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DOAP team member Jacqueline Jerram checks on a homeless person and gives him some food in Calgary, on Dec. 20, 2019. The main team lost $800,000 from its $1.2-million budget in the fall.Todd Korol/The Globe and Mail

A drug response team on the front lines of the opioid crisis killing hundreds of Albertans annually turned to Christmas concerts to raise money after provincial funding cuts eliminated two-thirds of its budget.

Three recent shows raised tens of thousands of dollars for Alpha House, the Calgary community group that operates the Downtown Outreach Addictions Partnership, or DOAP, as well as several other harm-reduction programs. Without a regular source of funds, the teams face an uncertain future.

Opioid and methamphetamine abuse has soared across Alberta in recent years, as the drugs have become widely available amid a struggling provincial economy. On average, two Albertans die daily from opioid abuse alone.

Kathy Christiansen, the executive director of Alpha House, said the outpouring of support for the teams demonstrates how important their work is. “The gift out of the difficult news [of the funding cuts] is that we learned we have a lot of support from Calgarians, which is the best support you can have. A lot of artists and musicians have stood up. It’s been kind of sweet,” she said.

The DOAP teams are an ever-present sight in the city’s downtown, with minivans ferrying vulnerable people to shelters and addiction programs. The main team, which provided 21,000 rides last year, lost $800,000 from its $1.2-million budget in the fall.

The funding was cut when Premier Jason Kenney’s government reduced its annual funding to the Calgary Homeless Foundation by almost 8 per cent. The foundation serves as a clearing house to a number of community groups.

After the provincial cut, city councillors approved a $200,000 grant for the main team this year, despite budget shortfalls. Another $125,000 came from the city’s transit agency. The councillors cited reports that the main team saves far more money than it costs by freeing up more expensive police officers and firefighters for other work.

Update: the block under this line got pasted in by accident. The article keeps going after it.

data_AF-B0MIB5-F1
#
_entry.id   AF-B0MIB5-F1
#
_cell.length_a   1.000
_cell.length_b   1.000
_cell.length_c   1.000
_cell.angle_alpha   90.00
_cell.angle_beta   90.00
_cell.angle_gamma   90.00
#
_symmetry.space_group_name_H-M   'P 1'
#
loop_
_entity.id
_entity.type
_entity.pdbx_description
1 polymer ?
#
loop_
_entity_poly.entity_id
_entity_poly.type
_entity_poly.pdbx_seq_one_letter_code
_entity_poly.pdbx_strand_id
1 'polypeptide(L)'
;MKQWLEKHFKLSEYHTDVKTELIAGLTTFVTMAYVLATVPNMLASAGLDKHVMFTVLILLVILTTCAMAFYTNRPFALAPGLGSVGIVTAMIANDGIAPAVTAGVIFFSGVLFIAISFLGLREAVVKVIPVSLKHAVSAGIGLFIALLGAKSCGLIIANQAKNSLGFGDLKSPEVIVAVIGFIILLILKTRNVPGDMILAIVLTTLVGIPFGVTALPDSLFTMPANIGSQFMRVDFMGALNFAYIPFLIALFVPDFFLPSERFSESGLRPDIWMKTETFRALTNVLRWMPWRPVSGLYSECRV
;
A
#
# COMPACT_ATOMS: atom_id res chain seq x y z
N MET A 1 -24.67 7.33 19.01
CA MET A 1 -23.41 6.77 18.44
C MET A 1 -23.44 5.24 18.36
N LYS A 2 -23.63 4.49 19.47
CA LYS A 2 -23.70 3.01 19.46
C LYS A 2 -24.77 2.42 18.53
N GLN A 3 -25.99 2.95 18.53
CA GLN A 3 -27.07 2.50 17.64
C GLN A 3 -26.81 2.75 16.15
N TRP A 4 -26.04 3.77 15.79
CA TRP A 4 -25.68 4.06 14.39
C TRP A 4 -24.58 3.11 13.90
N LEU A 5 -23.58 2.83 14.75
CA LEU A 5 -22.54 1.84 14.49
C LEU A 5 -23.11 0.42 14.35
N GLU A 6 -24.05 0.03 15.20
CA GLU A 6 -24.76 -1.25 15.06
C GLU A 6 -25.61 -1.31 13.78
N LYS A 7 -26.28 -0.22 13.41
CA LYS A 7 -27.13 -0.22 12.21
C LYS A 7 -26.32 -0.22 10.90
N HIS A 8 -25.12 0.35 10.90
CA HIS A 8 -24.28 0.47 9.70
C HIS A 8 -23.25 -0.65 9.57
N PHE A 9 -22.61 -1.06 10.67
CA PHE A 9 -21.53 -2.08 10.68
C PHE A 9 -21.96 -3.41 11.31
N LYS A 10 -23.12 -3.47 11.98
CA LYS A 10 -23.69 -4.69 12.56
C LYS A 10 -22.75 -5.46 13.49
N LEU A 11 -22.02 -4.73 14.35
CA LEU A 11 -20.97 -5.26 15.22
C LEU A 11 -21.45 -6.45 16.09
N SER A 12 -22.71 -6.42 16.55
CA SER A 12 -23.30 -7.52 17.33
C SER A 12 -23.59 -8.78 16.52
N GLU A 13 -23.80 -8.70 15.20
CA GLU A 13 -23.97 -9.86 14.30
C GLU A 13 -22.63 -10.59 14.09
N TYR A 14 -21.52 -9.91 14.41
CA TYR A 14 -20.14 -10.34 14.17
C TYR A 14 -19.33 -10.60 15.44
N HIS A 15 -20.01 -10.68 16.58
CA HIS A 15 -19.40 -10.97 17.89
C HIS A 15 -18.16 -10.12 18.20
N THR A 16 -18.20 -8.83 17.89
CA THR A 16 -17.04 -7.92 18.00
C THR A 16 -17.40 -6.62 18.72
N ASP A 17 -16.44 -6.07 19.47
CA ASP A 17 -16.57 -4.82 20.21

“The DOAP team takes a lot of pressure off those calls that the public services have to respond to. Cutting the funding isn’t really a cost-saving move from our perspective – we view this as a vital service in the community,” Ms. Christiansen said.

City council has asked the police force to consider taking over funding for the main team, according to Councillor Evan Woolley. After scraping together one-off contributions and grants since the main DOAP team was created in 2005, he said it’s time it receives sustainable funding.

“In our increasingly constrained fiscal environment, every organization is working hard to cobble together resources from wherever they can. That’s not a bad thing. But with the DOAP team, we know how valuable it is, it’s a critical tool,” he said.

Studies show the return on investment for every dollar spent on the team is between $7 and $10, according to Mr. Woolley.

The main team is the only outfit that operates around the clock. A number of smaller teams focus on specific issues, including one that seeks out people in need on the public transit system, and have other funding sources.

Two of the smaller teams work around the city’s only supervised drug-use site and help pick up spent needles. They were funded by the province under a deal struck by Mr. Kenney’s NDP predecessor. That funding runs out in March, and Ms. Christiansen said it isn’t clear yet whether the government intends to renew the agreement.

Adam Melnyk, the head of the DOAP teams, said they are in talks with the government about direct funding. “We need more long-term funding. We’ve shown over 14 years that we’re an essential service. This program needs support,” he said.

Alberta’s Minister of Community and Social Services was unavailable for comment, but spokeswoman Kassandra Kitz said in a statement: “The Government is currently in a dialogue with the City of Calgary regarding the DOAP team. We also welcome the DOAP team’s recent efforts to raise money through other avenues.”

Calgary singer Tom Jackson raised more than $40,000 this year for the team through the Huron Carole, his annual charity concert. “I know intimately what the DOPE team does, I do regular shifts with the DOPE team and I can tell you that I love the organization, but more than the organization, I love the clients,” he said.

He said the provincial budget was a call to action for him and other artists to help support the team, which he credits with improving the lives of Calgarians. “They have an opportunity to engage with people who are in crisis, from the time it takes them to pick someone up and bring them to a shelter or get them food. They bring them to a warm place to sleep and get a fresh start tomorrow.”

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